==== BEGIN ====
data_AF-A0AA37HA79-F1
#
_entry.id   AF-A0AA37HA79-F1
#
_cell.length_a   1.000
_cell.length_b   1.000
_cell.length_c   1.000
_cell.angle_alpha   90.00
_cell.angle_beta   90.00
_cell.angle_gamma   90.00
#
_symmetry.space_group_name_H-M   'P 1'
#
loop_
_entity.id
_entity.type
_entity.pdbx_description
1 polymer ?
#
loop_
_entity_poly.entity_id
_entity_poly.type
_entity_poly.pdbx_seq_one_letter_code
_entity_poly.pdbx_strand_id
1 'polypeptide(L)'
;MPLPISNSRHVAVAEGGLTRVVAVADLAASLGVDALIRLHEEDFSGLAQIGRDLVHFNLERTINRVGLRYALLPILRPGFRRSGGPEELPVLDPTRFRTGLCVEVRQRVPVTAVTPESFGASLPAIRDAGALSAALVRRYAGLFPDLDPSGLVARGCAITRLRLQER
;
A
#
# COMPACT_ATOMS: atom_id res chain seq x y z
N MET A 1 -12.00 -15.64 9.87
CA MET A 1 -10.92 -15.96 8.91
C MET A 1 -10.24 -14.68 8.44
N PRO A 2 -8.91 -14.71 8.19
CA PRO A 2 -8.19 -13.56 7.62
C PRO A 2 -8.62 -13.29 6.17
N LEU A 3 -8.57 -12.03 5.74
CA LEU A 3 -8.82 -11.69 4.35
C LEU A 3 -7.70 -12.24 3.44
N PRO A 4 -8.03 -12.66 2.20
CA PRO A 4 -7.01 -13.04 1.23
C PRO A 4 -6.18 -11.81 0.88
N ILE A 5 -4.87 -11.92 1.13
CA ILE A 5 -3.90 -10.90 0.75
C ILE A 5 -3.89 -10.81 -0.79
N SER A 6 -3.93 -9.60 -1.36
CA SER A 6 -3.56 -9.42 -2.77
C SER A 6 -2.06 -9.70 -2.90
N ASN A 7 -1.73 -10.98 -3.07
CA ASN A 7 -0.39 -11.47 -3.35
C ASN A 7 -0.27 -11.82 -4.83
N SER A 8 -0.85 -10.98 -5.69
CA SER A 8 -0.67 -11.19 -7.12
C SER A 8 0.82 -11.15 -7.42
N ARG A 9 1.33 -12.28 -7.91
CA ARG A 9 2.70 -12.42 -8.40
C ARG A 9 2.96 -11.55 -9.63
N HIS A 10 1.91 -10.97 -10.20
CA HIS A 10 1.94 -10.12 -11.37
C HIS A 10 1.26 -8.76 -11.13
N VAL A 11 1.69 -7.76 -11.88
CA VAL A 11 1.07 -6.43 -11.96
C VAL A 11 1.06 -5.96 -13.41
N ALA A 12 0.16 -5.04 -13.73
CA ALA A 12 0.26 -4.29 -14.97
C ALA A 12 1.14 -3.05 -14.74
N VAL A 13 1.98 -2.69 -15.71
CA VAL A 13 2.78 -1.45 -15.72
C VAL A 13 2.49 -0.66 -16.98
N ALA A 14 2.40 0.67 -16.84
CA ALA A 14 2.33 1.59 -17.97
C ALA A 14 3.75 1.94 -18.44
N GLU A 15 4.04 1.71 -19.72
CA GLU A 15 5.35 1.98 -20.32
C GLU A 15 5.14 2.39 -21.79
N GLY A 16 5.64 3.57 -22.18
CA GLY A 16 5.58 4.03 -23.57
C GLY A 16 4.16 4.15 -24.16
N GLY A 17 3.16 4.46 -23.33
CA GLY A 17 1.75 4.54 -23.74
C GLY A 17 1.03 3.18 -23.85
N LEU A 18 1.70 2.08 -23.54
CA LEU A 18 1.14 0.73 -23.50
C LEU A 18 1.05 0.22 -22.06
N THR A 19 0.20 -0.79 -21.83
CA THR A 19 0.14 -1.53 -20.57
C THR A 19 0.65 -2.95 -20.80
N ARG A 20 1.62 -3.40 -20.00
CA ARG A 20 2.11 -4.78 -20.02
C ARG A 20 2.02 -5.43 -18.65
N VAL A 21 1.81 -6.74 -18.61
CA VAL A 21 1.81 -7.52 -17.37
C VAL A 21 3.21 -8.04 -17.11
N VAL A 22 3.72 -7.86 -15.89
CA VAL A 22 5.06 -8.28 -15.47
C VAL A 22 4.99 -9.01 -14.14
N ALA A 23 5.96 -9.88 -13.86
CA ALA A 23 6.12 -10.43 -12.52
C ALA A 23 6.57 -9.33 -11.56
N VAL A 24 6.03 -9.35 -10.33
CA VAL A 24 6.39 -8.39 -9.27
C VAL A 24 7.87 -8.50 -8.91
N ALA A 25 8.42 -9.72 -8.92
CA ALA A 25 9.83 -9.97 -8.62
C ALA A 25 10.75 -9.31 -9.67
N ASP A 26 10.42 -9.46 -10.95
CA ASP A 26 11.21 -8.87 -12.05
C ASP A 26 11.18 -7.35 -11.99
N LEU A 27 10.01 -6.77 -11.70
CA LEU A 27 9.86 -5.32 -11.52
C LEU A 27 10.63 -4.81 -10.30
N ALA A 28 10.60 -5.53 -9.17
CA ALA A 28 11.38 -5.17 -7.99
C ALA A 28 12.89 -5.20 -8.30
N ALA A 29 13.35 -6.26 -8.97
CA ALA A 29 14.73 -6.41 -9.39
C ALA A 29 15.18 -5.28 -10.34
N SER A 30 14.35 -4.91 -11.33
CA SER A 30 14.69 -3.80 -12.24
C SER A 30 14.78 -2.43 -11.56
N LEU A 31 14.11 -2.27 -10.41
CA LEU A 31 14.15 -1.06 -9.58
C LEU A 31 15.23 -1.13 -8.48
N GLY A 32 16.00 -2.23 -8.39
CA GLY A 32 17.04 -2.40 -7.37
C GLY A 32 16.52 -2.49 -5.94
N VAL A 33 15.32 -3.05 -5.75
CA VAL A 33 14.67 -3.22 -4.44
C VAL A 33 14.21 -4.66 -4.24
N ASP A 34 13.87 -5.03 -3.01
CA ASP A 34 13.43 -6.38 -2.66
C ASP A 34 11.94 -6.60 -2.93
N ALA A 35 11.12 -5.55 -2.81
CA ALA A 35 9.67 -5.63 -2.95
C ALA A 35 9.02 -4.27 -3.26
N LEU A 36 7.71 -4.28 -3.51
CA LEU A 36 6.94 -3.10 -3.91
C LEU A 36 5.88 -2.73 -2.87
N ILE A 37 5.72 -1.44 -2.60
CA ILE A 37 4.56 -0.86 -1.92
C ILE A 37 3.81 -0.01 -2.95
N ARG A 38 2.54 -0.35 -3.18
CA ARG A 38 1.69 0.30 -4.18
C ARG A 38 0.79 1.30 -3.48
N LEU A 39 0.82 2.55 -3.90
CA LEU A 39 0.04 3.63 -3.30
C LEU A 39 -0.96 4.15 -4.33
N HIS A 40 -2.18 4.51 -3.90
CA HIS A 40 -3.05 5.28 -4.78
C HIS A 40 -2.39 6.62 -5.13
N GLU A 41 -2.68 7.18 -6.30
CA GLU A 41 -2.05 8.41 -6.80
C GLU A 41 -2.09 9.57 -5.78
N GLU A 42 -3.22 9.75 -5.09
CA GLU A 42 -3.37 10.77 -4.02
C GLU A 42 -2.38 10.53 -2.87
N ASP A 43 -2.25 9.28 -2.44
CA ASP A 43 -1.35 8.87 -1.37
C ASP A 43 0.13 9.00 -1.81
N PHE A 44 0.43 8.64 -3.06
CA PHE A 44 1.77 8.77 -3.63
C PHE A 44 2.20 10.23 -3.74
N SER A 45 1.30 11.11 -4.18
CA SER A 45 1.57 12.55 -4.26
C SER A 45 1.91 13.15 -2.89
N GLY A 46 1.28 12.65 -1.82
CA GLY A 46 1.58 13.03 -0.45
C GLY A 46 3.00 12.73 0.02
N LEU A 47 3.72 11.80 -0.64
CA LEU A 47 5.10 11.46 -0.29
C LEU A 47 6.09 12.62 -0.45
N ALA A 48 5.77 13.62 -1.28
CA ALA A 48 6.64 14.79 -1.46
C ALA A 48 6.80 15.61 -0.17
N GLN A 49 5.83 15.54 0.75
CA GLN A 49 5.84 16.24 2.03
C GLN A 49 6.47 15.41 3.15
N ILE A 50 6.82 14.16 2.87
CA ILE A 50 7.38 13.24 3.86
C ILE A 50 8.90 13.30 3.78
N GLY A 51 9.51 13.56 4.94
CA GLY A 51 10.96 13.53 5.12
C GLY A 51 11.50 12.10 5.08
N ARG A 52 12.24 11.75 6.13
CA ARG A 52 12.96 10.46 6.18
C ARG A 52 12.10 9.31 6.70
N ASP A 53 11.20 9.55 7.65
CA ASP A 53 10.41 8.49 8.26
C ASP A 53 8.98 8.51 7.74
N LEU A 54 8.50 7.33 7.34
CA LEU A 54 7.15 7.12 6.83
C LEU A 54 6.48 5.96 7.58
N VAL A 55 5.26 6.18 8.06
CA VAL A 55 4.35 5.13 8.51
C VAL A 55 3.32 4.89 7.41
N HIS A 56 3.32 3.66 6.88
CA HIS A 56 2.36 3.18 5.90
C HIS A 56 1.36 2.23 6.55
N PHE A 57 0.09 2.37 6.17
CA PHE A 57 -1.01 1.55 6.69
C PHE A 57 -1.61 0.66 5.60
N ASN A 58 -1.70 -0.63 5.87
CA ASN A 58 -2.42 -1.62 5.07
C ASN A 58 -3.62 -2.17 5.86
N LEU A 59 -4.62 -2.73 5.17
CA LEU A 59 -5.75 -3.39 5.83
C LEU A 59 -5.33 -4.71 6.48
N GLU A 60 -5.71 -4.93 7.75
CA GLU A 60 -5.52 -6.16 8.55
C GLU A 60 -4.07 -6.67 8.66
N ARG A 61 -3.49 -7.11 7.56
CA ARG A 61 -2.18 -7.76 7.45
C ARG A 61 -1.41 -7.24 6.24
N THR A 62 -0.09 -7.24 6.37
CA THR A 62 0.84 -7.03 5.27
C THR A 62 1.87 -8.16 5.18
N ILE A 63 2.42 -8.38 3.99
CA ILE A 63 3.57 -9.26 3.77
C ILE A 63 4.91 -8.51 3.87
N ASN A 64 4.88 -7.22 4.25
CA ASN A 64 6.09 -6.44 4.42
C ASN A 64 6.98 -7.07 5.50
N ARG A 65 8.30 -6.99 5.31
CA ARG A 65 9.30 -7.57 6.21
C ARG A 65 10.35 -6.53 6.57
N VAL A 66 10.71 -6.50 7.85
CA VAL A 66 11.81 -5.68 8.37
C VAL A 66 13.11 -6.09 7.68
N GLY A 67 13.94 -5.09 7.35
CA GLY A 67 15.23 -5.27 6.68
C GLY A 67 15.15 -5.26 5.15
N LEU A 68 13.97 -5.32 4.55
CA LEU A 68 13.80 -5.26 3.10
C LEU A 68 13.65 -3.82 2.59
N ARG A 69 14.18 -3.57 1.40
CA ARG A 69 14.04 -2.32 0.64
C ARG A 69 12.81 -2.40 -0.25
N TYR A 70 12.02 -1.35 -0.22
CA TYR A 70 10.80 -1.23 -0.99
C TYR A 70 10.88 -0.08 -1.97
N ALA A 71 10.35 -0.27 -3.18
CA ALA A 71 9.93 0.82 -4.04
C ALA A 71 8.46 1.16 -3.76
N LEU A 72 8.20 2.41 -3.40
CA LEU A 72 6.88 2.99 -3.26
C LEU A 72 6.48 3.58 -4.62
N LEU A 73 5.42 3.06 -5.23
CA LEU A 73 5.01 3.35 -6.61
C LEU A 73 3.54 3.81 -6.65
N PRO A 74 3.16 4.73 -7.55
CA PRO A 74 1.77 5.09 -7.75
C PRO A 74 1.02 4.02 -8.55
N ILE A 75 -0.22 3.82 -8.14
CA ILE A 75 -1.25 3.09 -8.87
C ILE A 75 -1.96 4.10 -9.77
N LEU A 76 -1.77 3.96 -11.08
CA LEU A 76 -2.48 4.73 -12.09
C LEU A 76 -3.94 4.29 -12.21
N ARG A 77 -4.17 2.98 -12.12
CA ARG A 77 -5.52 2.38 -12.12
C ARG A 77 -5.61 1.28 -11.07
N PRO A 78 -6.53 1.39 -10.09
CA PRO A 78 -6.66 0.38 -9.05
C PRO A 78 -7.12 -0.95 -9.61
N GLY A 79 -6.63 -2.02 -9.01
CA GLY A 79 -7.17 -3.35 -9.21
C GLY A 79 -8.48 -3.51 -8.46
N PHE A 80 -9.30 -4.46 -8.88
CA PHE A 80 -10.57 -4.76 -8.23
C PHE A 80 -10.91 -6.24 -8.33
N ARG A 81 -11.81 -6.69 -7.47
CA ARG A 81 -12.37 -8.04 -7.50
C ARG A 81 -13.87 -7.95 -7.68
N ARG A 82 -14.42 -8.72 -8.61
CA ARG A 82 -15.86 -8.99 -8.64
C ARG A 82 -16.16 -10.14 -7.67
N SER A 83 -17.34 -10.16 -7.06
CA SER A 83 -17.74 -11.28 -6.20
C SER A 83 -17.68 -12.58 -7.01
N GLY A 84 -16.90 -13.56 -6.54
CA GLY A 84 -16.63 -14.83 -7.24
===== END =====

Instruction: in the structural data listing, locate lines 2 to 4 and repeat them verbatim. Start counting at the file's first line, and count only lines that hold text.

#
_entry.id   AF-A0AA37HA79-F1
#